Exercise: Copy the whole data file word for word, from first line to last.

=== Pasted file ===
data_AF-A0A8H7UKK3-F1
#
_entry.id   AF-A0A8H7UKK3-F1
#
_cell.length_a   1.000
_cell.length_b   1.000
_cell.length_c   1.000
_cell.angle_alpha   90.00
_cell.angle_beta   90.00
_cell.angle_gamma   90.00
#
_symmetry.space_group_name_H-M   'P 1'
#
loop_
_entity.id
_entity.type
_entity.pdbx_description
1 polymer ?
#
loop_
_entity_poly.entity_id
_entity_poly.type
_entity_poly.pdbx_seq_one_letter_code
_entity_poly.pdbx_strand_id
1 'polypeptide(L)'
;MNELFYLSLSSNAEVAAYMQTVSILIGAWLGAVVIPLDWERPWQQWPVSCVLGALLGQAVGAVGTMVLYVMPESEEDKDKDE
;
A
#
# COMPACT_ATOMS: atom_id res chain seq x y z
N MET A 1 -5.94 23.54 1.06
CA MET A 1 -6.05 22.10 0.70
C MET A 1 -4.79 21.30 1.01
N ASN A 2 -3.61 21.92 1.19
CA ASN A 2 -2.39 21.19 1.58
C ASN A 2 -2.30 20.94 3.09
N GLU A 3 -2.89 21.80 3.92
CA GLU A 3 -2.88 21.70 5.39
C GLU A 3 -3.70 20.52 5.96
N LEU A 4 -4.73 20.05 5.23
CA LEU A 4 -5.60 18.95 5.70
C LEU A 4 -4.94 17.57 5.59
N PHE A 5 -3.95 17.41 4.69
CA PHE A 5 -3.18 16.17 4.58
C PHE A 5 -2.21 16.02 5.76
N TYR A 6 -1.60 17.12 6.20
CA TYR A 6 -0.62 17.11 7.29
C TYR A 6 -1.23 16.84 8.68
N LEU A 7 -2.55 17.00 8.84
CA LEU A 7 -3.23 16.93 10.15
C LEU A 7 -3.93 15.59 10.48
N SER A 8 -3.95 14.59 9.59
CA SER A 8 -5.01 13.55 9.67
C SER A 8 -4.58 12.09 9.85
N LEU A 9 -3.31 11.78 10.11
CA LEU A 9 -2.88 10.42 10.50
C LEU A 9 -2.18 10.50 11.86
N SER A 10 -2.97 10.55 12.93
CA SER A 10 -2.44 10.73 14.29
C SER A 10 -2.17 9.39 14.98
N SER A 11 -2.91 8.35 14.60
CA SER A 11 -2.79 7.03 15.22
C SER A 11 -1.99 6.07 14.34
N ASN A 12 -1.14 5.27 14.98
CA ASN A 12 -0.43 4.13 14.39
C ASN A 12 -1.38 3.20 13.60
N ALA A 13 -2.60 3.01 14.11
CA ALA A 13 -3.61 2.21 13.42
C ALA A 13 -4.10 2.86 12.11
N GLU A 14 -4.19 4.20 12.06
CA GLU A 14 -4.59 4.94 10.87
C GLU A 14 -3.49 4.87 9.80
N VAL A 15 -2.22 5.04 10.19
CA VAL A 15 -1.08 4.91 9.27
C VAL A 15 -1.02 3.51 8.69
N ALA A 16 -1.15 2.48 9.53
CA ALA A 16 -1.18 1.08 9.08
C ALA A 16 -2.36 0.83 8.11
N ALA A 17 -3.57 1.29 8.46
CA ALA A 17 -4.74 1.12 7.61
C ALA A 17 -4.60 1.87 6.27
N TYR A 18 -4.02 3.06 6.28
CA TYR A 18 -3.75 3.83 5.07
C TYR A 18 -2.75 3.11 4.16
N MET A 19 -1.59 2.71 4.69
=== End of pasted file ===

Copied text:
data_AF-A0A8H7UKK3-F1
#
_entry.id   AF-A0A8H7UKK3-F1
#
_cell.length_a   1.000
_cell.length_b   1.000
_cell.length_c   1.000
_cell.angle_alpha   90.00
_cell.angle_beta   90.00
_cell.angle_gamma   90.00
#
_symmetry.space_group_name_H-M   'P 1'
#
loop_
_entity.id
_entity.type
_entity.pdbx_description
1 polymer ?
#
loop_
_entity_poly.entity_id
_entity_poly.type
_entity_poly.pdbx_seq_one_letter_code
_entity_poly.pdbx_strand_id
1 'polypeptide(L)'
;MNELFYLSLSSNAEVAAYMQTVSILIGAWLGAVVIPLDWERPWQQWPVSCVLGALLGQAVGAVGTMVLYVMPESEEDKDKDE
;
A
#
# COMPACT_ATOMS: atom_id res chain seq x y z
N MET A 1 -5.94 23.54 1.06
CA MET A 1 -6.05 22.10 0.70
C MET A 1 -4.79 21.30 1.01
N ASN A 2 -3.61 21.92 1.19
CA ASN A 2 -2.39 21.19 1.58
C ASN A 2 -2.30 20.94 3.09
N GLU A 3 -2.89 21.80 3.92
CA GLU A 3 -2.88 21.70 5.39
C GLU A 3 -3.70 20.52 5.96
N LEU A 4 -4.73 20.05 5.23
CA LEU A 4 -5.60 18.95 5.70
C LEU A 4 -4.94 17.57 5.59
N PHE A 5 -3.95 17.41 4.69
CA PHE A 5 -3.18 16.17 4.58
C PHE A 5 -2.21 16.02 5.76
N TYR A 6 -1.60 17.12 6.20
CA TYR A 6 -0.62 17.11 7.29
C TYR A 6 -1.23 16.84 8.68
N LEU A 7 -2.55 17.00 8.84
CA LEU A 7 -3.23 16.93 10.15
C LEU A 7 -3.93 15.59 10.48
N SER A 8 -3.95 14.59 9.59
CA SER A 8 -5.01 13.55 9.67
C SER A 8 -4.58 12.09 9.85
N LEU A 9 -3.31 11.78 10.11
CA LEU A 9 -2.88 10.42 10.50
C LEU A 9 -2.18 10.50 11.86
N SER A 10 -2.97 10.55 12.93
CA SER A 10 -2.44 10.73 14.29
C SER A 10 -2.17 9.39 14.98
N SER A 11 -2.91 8.35 14.60
CA SER A 11 -2.79 7.03 15.22
C SER A 11 -1.99 6.07 14.34
N ASN A 12 -1.14 5.27 14.98
CA ASN A 12 -0.43 4.13 14.39
C ASN A 12 -1.38 3.20 13.60
N ALA A 13 -2.60 3.01 14.11
CA ALA A 13 -3.61 2.21 13.42
C ALA A 13 -4.10 2.86 12.11
N GLU A 14 -4.19 4.20 12.06
CA GLU A 14 -4.59 4.94 10.87
C GLU A 14 -3.49 4.87 9.80
N VAL A 15 -2.22 5.04 10.19
CA VAL A 15 -1.08 4.91 9.27
C VAL A 15 -1.02 3.51 8.69
N ALA A 16 -1.15 2.48 9.53
CA ALA A 16 -1.18 1.08 9.08
C ALA A 16 -2.36 0.83 8.11
N ALA A 17 -3.57 1.29 8.46
CA ALA A 17 -4.74 1.12 7.61
C ALA A 17 -4.60 1.87 6.27
N TYR A 18 -4.02 3.06 6.28
CA TYR A 18 -3.75 3.83 5.07
C TYR A 18 -2.75 3.11 4.16
N MET A 19 -1.59 2.71 4.69